Single in Philly: Are You There, Waffles? It’s Me, Christy

From matchmakers to, I set out to chronicle what dating in Philly is like these days. So how did my heart get involved, too?

The next day, Haley, the Great Date Now replacement matchmaker, confirms what I suspected the minute my date jumped in a cab while still en route to my front door: It wasn’t a Great Date for either of us.

There’s very little time to wonder what went wrong, because the next night there’s another date, with Great Date match number two. At this point, after a particularly long day at work, I’m drained. I want nothing more than a bowl of cereal and some Sopranos reruns. I ache for the nights I used to spend with the man who already knew and liked me, where I’d be barefoot, sharing a steak in his kitchen. Right before I turn out the lights and clomp down the stairs in my heels, I jot a note to myself in my notepad: Remember to write about how dating can be so lonely.


THE SECOND GREAT Date date, it turns out, is handsome, mannered and well-spoken, and dinner — and the drinks that follow — is comfortable, and fun. Afterward, he walks me to my door, where we say we’ll do it again sometime. I’m still tired, but I mean it, and I think he does too. (Foxhole Haley, bless her, affirms this when I check in.) The following night, I’m supposed to meet the writer for our rescheduled Monk’s date, but that morning, I open my e-mail to find a note from him:

C- Look I hate to do this but I am going to have to cancel for tonight. Besides the fact that I have had bouts with Migraines all week, I’m thinking I am just not ready to date at this point. I know it’s disappointing now but in the long run it will be best. Good luck to you.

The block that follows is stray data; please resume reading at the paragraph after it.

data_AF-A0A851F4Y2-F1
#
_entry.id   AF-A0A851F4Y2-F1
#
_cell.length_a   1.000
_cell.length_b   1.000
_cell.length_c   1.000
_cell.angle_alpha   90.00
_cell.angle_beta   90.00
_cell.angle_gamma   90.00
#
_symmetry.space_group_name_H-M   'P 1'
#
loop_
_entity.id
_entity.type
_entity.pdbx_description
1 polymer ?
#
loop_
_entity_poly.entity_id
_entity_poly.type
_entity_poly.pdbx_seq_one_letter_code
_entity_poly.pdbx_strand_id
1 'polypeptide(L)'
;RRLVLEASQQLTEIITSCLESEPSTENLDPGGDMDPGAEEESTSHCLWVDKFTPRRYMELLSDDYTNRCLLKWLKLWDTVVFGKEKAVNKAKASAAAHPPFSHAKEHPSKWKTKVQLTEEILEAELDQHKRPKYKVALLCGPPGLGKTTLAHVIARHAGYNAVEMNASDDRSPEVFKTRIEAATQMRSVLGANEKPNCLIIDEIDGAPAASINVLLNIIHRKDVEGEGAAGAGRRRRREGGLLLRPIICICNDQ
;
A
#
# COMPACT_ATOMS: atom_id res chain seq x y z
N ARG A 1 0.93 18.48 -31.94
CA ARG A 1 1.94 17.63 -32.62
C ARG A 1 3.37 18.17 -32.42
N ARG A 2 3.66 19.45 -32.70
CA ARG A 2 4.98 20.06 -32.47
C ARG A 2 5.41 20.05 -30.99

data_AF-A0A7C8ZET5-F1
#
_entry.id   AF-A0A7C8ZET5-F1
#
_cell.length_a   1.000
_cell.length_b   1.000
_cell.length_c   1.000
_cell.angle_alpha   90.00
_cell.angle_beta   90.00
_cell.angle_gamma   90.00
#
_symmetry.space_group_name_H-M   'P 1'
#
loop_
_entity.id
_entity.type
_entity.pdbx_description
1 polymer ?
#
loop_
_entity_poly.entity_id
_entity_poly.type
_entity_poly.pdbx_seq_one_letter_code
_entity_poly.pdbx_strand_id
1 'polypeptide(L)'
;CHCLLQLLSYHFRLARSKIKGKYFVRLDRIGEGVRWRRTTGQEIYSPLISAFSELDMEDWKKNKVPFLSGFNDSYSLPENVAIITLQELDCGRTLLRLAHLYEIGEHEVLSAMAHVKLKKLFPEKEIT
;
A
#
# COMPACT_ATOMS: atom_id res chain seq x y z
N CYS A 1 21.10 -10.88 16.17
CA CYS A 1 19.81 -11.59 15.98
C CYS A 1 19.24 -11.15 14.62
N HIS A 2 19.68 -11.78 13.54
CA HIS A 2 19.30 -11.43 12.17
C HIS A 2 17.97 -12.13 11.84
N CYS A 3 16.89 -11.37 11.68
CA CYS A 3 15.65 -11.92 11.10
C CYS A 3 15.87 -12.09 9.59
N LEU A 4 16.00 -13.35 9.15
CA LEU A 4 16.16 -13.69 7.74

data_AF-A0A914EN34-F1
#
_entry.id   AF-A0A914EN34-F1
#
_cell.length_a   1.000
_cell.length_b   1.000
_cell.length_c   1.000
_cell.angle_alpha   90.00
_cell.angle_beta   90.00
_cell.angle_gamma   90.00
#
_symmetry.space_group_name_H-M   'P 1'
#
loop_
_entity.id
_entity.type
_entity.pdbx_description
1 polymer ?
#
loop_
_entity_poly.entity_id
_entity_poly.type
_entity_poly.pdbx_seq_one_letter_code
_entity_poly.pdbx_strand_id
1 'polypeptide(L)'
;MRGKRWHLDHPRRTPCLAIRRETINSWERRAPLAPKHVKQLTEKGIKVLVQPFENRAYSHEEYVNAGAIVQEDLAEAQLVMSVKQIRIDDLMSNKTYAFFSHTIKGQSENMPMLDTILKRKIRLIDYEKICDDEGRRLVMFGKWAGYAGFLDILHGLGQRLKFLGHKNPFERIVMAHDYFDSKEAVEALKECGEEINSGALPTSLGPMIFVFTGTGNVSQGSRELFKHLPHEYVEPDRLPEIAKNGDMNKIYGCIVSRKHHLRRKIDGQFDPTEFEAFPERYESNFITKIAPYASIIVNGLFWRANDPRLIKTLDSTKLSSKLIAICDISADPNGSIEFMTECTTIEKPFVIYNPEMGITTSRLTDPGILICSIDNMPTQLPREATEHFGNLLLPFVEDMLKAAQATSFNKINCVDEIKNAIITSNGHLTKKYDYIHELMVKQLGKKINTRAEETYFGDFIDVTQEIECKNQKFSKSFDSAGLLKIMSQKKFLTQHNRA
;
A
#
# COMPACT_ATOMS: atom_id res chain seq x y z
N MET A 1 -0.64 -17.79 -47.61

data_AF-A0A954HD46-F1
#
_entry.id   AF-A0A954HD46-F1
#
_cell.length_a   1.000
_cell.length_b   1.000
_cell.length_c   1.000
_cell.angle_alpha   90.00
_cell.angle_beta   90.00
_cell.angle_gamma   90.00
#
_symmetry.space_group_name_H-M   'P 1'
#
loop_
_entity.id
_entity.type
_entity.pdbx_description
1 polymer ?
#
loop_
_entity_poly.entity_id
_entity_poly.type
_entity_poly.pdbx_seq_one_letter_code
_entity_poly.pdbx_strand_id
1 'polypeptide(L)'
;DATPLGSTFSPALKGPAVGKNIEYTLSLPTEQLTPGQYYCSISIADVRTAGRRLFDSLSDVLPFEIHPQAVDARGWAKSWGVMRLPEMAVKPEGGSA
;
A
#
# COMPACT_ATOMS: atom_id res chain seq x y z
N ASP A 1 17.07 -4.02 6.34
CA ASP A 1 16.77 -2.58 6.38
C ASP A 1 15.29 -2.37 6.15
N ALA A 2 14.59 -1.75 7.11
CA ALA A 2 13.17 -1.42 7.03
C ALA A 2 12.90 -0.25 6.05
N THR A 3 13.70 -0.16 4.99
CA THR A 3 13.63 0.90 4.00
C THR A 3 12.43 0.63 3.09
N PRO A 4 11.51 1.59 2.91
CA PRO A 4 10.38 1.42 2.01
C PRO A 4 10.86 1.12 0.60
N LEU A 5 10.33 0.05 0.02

“Are you kidding me?” I scream at my computer. The good news is that I don’t actually care about the writer. I never met him. Still, the swell of resentment — about the assumption I was disappointed, about being blown off twice, about someone trying to end something that hadn’t even begun — fills my throat, and my cheeks flush the way they always do when I’m upset. Clearly, the shield is lying in shards on the floor, and clearly, this is nothing like eating tortillas and chorizo for a week straight. This is my actual life, with actual situations involving actual interactions, and it’s making me wonder how the hell people ever find each other.

Over the weekend, with no dates scheduled, I’m free to catch up on everything I’ve been too busy to do — call the speed-dating guys, e-mail the handful of Match.guys to whom I owe e-mails, follow up with the good Great Date Now guy. I end up doing none of these things, though, because I’m sick of the computer and the sun is out. I sit in the park and call my mom, who listens to my stories, laughs where she’s supposed to, and asks that I please keep an open mind (at least about the nice ones) but also remember not to leave my drink at the table alone (even with the nice ones).